Last year, Thanksgiving had been provided at a local restaurant. This year, the Summit County Inter-Faith council and local churches decided to ask our community to grab a bag and a shopping list. They wondered, would enough bags of food come in to meet the needs of families in our area who might not enjoy a Thanksgiving meal otherwise?

The answer was a resounding ‘yes’.

Generosity is the beginning of hope

On Tuesday night, volunteers served bowls of soup, cleared tables, and made ready for the next group of young people who sat in pews in the church sanctuary, patiently waiting their turn at one of fifty seats at the table.

I stood at the kitchen sink next to MJ. She patiently dried while I clumsily tried to figure out the quickest system to wash silverware for the next round of kids.

We talked as we worked. I’d only met MJ that evening, but she knew me because of my columns. She asked about my mother, and nodded when I shared a bit of news, and I had the impression she already knew me well. I felt blessed to have met such a lovely new friend.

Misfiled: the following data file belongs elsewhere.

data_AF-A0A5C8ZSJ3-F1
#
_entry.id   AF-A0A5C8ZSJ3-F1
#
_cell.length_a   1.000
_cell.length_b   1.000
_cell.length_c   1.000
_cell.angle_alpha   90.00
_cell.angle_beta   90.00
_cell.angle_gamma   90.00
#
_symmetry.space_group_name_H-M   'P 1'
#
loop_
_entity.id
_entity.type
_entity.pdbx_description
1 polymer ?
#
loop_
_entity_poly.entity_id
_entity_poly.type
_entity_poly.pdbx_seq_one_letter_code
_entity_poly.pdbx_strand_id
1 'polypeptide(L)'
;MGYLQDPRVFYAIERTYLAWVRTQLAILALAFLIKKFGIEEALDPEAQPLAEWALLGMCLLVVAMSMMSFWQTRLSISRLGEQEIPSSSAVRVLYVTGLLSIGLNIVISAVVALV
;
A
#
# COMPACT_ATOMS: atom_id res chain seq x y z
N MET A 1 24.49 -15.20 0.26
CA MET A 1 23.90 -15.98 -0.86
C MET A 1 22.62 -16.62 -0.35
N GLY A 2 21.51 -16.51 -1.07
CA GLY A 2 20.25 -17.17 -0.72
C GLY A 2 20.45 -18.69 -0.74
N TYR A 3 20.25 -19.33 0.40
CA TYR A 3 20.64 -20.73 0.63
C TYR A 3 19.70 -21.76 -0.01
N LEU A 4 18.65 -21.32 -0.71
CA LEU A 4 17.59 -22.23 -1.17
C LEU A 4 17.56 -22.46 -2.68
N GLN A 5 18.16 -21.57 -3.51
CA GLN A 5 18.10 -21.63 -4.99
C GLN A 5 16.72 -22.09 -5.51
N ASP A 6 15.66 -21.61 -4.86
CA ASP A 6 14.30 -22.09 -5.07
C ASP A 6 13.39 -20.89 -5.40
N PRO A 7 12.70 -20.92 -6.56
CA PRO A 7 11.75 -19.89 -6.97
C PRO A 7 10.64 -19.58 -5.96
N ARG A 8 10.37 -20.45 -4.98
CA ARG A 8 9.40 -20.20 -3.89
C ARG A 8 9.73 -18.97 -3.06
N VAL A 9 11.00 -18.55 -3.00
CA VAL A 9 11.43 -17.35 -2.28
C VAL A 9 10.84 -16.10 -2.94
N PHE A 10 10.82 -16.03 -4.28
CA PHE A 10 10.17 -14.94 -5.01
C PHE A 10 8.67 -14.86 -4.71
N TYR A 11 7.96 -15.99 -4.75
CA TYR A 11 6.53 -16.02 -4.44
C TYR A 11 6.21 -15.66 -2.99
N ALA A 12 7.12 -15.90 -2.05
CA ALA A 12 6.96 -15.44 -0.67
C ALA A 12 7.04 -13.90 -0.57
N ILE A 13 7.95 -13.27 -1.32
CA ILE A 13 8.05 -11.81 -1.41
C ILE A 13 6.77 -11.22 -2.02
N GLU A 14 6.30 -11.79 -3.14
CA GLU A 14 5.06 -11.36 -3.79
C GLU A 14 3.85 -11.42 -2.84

Three hours later, when tables and chairs and tablecloths were folded and put away, we were all tired but happy.

When Pat and Verne dropped me at the base of my steep driveway, I kissed Pat on the cheek and said, “Thank you. I’ve been having my dark days, but I feel better now.”

Serving others is the beginning of hope

Because depression seems to come as easily as breath, my dark days are ruminations of past failures and future worries. This week it was knowing I have to move out of my rental home in six months, but if don’t sell my land in Evergreen, I won’t be able to buy a house here, in this town I call home.

As I was driving to the post office the other morning, I was thinking about this and in my mind’s eye, I saw myself standing in the yard of a house, an elderly man handed me keys to the front door, hugged me and said, “God has not forgotten you.”

It was a passing moment, a waking fantasy, except for that sentence. Because I had felt forgotten by God. And so, I held onto it like a prayer.

When that is all we have, that is what we must do and then we must surrender the prayer to God.